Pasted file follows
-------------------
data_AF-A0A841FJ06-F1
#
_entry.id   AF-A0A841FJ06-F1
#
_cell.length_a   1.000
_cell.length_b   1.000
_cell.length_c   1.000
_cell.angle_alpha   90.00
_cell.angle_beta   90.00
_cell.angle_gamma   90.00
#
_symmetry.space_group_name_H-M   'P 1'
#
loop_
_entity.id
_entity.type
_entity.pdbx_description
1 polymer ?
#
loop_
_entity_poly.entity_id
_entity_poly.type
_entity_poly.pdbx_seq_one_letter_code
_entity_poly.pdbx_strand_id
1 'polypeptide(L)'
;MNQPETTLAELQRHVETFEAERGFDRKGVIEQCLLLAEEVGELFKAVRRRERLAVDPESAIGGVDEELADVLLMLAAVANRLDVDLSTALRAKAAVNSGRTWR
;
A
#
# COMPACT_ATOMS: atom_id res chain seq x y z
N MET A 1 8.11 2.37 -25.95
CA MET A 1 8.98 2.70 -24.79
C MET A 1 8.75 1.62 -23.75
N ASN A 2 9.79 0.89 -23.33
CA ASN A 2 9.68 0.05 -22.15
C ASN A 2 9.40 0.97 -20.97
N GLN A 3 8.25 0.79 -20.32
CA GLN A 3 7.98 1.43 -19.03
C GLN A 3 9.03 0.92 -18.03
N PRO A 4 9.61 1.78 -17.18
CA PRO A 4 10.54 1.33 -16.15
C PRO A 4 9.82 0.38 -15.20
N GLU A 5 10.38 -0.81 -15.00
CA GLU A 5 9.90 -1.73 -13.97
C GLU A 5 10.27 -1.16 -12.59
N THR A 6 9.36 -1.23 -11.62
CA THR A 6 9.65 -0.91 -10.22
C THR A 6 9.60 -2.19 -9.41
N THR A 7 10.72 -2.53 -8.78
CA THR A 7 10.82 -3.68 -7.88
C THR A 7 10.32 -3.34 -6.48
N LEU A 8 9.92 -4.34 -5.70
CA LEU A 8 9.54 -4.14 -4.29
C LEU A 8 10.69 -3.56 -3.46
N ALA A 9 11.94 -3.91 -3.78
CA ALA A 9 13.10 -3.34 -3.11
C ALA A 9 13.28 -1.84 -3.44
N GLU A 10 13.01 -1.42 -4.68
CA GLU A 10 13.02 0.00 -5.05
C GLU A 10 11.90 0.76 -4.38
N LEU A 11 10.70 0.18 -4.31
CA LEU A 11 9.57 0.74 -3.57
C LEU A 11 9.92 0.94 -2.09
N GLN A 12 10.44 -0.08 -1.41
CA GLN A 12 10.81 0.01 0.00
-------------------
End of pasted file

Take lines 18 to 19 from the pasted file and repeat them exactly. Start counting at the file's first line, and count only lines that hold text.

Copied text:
1 polymer ?
#